May 14th, 2006


Pedicures and Girlie Things and Spas, Oh My!

weather: mainly clear
outside: 11.5°C
mood: ...
I took my Mom and Mother-In-Law to the Fingers & Toes Spa today for pedicures.

It was the first time either of them had had a pedicure, so I thought it would be an interesting experience for them. Wild horses could not have dragged my mother into participating in such frivolous activities years ago. She's only recently melted enough from the eminent practicality that measures about 15 on Mohs' scale.

Fingers & Toes is a cute little place in Yaletown that a group of us girls at Work went to a month or so ago. We had actually booked an appointment for another place, but they screwed it up. As we were quietly seething about it, we saw Fingers & Toes out of the window and decided to troop on over and see what they could do.

We really liked them. The ladies are friendly and helpful, the prices are great, the studio is bright and neat and tidy. We brought our own snacks, wine, party stuffs. They took care of the six of us without prior notice and they did a great job, all things considered.

I brought my own CDs today - Forest Cello, the Tim Janis one, the Yoga one and the Zen one. They were pretty busy this time, but they still set up a CD player and speakers especially for us.

So, we chatted and relaxed the afternoon away while someone else gave us foot massages, cleaned up our feet, painted our toes.


Open Your Parable, It's Raining Out

weather: mainly sunny
outside: 16.4°C
mood: ...
The Blind Men and the Elephant: Mastering Project Work by David Schmaltz.

David Schmaltz uses the John Godfrey Saxe poem of The Blind Men and the Elephant to illustrate the challenges of project management. Six blind men decide they want to know what an "elephant" is. They are lead to an elephant, they all stand around it and they're touching the different parts of an elephant, describing to the others what an "elephant" is like.

The one who is feeling the trunk says it's like a snake; the one touching the ear says it's like a fan; the one who is feeling the tusk says it's like a spear; the one who is touching a leg says it's like a tree trunk; the one touching the body says it's like a wall; the one touching the tail says it's like a rope. All of them are right, but what they don't realize is that they only have their own unique perspective.

Schmaltz likens this to project teams, where each of the roles has their own perspective of the whole. I think what he's getting at is that reason that projects fail is not because of the tradition excuses we give: customers demand too much; customers change their minds all the time; compressed schedules; budget cutting; people don't work hard enough; yadda yadda. I think Schmaltz is saying that it's not because of those things, rather it's because of the lack of a cohesive vision in the project goal(s). Project participants (especially the ones in leadership or decision-making roles) don't see the project from anyone else's point of view but their own and therefore don't understand why things fall apart when they do. Because they can't see why things fall apart, they can't see what should be done about it... or they try to fix it wrong which either makes no difference or ends up making things worse.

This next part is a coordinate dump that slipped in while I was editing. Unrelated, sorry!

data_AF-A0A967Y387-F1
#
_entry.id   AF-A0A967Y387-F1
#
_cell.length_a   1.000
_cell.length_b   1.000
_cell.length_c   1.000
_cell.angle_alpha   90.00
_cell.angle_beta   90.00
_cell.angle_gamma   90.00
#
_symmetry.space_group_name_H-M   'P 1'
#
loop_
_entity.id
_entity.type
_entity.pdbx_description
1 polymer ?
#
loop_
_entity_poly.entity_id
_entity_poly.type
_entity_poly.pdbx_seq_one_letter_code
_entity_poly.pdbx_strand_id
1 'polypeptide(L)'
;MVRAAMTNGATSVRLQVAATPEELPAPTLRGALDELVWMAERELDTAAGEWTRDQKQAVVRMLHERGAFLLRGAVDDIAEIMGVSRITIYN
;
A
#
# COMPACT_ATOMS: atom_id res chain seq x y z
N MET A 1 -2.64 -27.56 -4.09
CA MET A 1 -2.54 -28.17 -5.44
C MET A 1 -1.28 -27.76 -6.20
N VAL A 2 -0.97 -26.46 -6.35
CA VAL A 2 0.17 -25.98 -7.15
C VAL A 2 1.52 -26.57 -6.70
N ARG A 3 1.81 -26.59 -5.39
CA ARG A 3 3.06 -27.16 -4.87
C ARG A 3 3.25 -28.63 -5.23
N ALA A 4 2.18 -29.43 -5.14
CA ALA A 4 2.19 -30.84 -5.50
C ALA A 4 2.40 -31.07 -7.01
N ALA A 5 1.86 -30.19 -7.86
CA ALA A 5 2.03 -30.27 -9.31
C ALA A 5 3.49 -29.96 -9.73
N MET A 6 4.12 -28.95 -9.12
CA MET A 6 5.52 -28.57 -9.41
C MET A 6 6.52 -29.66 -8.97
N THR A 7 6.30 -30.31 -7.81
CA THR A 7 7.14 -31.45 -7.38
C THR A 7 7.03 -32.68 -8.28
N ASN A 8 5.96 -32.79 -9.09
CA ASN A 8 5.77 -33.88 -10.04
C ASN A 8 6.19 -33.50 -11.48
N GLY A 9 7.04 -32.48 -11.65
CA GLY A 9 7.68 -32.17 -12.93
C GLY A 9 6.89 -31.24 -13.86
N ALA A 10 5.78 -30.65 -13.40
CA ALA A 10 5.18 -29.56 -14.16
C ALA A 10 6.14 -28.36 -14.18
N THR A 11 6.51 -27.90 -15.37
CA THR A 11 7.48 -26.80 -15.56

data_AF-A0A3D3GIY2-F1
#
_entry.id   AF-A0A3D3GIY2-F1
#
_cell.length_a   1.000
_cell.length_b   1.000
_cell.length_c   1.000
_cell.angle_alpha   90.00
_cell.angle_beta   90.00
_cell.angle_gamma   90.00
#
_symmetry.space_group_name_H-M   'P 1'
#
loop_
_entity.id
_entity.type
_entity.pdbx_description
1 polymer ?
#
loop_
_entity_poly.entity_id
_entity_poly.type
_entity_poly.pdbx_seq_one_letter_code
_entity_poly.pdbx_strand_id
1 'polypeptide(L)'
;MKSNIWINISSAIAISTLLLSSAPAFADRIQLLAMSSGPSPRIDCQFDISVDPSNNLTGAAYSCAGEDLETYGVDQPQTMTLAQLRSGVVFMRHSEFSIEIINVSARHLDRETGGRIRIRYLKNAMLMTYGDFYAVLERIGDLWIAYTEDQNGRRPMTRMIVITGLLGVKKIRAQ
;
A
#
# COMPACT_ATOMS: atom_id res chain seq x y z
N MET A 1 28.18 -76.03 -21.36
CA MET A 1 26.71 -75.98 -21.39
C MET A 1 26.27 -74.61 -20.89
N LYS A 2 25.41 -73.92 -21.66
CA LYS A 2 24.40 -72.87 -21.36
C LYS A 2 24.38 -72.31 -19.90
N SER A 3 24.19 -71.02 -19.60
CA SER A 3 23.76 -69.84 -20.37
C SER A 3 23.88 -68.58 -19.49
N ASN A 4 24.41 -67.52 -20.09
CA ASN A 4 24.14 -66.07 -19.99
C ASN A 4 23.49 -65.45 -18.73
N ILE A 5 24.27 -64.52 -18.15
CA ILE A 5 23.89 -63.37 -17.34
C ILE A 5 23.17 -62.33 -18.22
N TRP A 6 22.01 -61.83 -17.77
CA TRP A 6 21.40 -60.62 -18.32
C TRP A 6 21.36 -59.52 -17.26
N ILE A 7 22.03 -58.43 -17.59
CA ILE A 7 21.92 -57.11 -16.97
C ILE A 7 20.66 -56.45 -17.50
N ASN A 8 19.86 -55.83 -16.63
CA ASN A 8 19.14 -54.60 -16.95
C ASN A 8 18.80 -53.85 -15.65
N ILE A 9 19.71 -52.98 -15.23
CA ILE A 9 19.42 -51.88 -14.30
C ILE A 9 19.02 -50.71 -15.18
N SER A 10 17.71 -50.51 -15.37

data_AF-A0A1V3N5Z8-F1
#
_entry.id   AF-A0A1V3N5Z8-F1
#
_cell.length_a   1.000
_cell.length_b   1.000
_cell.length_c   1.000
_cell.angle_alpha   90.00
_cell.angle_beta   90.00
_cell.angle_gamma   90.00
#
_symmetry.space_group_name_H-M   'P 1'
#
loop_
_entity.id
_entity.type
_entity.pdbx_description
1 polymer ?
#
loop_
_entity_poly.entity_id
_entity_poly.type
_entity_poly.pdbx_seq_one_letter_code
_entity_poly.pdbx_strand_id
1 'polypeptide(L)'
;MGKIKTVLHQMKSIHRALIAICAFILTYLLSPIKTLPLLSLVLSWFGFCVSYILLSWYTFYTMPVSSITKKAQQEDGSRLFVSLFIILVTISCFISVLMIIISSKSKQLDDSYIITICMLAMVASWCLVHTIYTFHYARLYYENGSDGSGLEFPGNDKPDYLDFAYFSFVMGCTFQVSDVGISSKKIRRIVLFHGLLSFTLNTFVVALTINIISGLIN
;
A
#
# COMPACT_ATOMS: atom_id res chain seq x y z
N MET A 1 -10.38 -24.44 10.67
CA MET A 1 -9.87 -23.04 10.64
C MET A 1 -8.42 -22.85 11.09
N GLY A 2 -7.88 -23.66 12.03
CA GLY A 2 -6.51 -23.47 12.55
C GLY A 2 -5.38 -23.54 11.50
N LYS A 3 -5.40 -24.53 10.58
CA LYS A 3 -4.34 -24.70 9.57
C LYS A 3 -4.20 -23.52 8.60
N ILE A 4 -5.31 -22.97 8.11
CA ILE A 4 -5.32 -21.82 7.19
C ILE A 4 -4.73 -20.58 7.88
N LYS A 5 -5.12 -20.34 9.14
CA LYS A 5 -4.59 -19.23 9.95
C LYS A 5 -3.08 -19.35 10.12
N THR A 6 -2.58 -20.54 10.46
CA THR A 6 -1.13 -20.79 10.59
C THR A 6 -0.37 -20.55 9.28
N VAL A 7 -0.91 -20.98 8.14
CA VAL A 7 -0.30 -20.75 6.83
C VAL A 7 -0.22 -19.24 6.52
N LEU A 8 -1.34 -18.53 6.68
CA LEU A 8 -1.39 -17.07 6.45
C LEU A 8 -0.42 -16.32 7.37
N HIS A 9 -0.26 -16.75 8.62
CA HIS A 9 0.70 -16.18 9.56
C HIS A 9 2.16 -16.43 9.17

I could have just said all that and given the impression that I understood it all, loved it and went on my merry way. But the truth is, I didn't understand a thing. I had no idea where he was coming from, where he WAS at any given point, or where he was going with any of the stories. Well, okay, that's not quite true. In certain places, I did think that I was sorta starting to begin to get him... but then he continued talking and I was lost again. =\

I had read the preface. I suppose that was fair warning that it's not an instruction manual: don't expect it to tell you what to do, it's vague and all over the place, just like life is apt to be. Fine. I had an instructor who taught by telling stories too. I found it hard to follow sometimes because I'm engrossed in the stories and forget what the point was. But I did well with the stories and I thought that I should keep an open mind. Afterall, learning by someone else's examples is a valuable thing, which I have also had good experiences with, in the past.

I can't follow this book. I can't finish it. And this is, obviously, not because of the book. It looks like it was a good read for so many people. I have finally just had to give up and accept that I am, very simply, not within the group that is the target audience.

I suppose that somewhere along the line, there has to be a book I'm not totally crazy about. I feel bad because someone lent it to me very enthusiastically and as irrational as it may be, I felt like I was letting him down by ... not getting it.

[Update - Sunday, May 21, 2006]

So, after writing this, I tried reading it AGAIN. And gave up AGAIN. Twice. But ironically and amusingly enough, I finally did understand it. Not by reading the orginal text, but from reading articles, synopses and reviews ABOUT this book by various other people all over the internet. As pathetic as that is, at least I finally have the impression that I get it.

I think the story-telling style sometimes really doesn't work for me.